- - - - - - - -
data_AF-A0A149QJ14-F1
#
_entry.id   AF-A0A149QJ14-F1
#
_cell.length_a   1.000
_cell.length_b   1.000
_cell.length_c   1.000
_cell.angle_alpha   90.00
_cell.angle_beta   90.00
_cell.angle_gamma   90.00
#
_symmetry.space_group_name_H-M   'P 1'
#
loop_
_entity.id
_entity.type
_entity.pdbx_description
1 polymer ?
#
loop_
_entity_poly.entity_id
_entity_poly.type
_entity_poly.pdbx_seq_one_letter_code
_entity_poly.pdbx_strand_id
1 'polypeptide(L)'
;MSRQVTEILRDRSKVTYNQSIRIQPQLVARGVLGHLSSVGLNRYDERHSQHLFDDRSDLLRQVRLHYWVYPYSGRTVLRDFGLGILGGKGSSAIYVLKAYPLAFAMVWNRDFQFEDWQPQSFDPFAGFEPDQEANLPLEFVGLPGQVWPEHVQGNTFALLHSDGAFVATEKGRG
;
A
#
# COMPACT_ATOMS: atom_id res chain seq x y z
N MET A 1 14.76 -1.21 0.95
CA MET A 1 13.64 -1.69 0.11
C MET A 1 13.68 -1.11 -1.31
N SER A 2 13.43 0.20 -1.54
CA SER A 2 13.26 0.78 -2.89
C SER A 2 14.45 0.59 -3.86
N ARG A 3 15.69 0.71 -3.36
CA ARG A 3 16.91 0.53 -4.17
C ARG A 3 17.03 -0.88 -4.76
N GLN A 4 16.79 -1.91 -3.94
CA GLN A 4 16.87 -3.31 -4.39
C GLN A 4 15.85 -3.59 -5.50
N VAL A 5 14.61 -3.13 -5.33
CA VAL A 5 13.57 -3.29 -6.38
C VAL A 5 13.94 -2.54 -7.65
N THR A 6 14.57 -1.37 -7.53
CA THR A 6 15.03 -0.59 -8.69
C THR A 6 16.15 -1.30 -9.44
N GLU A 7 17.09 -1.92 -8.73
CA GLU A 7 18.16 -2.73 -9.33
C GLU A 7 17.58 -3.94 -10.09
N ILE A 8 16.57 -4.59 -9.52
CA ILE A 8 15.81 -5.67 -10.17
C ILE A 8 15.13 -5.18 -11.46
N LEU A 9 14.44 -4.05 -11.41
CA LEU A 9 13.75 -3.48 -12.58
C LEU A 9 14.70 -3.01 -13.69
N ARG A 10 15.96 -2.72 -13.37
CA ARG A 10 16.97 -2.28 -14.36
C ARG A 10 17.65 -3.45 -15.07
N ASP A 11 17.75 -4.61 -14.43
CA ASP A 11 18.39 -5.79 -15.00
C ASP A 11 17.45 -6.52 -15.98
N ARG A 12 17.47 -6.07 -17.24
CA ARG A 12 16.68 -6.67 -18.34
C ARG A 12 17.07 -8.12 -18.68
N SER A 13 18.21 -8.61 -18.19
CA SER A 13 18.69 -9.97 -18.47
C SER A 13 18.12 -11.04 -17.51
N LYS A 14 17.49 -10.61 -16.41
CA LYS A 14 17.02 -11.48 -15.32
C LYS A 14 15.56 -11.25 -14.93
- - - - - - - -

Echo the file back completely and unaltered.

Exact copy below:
data_AF-A0A149QJ14-F1
#
_entry.id   AF-A0A149QJ14-F1
#
_cell.length_a   1.000
_cell.length_b   1.000
_cell.length_c   1.000
_cell.angle_alpha   90.00
_cell.angle_beta   90.00
_cell.angle_gamma   90.00
#
_symmetry.space_group_name_H-M   'P 1'
#
loop_
_entity.id
_entity.type
_entity.pdbx_description
1 polymer ?
#
loop_
_entity_poly.entity_id
_entity_poly.type
_entity_poly.pdbx_seq_one_letter_code
_entity_poly.pdbx_strand_id
1 'polypeptide(L)'
;MSRQVTEILRDRSKVTYNQSIRIQPQLVARGVLGHLSSVGLNRYDERHSQHLFDDRSDLLRQVRLHYWVYPYSGRTVLRDFGLGILGGKGSSAIYVLKAYPLAFAMVWNRDFQFEDWQPQSFDPFAGFEPDQEANLPLEFVGLPGQVWPEHVQGNTFALLHSDGAFVATEKGRG
;
A
#
# COMPACT_ATOMS: atom_id res chain seq x y z
N MET A 1 14.76 -1.21 0.95
CA MET A 1 13.64 -1.69 0.11
C MET A 1 13.68 -1.11 -1.31
N SER A 2 13.43 0.20 -1.54
CA SER A 2 13.26 0.78 -2.89
C SER A 2 14.45 0.59 -3.86
N ARG A 3 15.69 0.71 -3.36
CA ARG A 3 16.91 0.53 -4.17
C ARG A 3 17.03 -0.88 -4.76
N GLN A 4 16.79 -1.91 -3.94
CA GLN A 4 16.87 -3.31 -4.39
C GLN A 4 15.85 -3.59 -5.50
N VAL A 5 14.61 -3.13 -5.33
CA VAL A 5 13.57 -3.29 -6.38
C VAL A 5 13.94 -2.54 -7.65
N THR A 6 14.57 -1.37 -7.53
CA THR A 6 15.03 -0.59 -8.69
C THR A 6 16.15 -1.30 -9.44
N GLU A 7 17.09 -1.92 -8.73
CA GLU A 7 18.16 -2.73 -9.33
C GLU A 7 17.58 -3.94 -10.09
N ILE A 8 16.57 -4.59 -9.52
CA ILE A 8 15.81 -5.67 -10.17
C ILE A 8 15.13 -5.18 -11.46
N LEU A 9 14.44 -4.05 -11.41
CA LEU A 9 13.75 -3.48 -12.58
C LEU A 9 14.70 -3.01 -13.69
N ARG A 10 15.96 -2.72 -13.37
CA ARG A 10 16.97 -2.28 -14.36
C ARG A 10 17.65 -3.45 -15.07
N ASP A 11 17.75 -4.61 -14.43
CA ASP A 11 18.39 -5.79 -15.00
C ASP A 11 17.45 -6.52 -15.98
N ARG A 12 17.47 -6.07 -17.24
CA ARG A 12 16.68 -6.67 -18.34
C ARG A 12 17.07 -8.12 -18.68
N SER A 13 18.21 -8.61 -18.19
CA SER A 13 18.69 -9.97 -18.47
C SER A 13 18.12 -11.04 -17.51
N LYS A 14 17.49 -10.61 -16.41
CA LYS A 14 17.02 -11.48 -15.32
C LYS A 14 15.56 -11.25 -14.93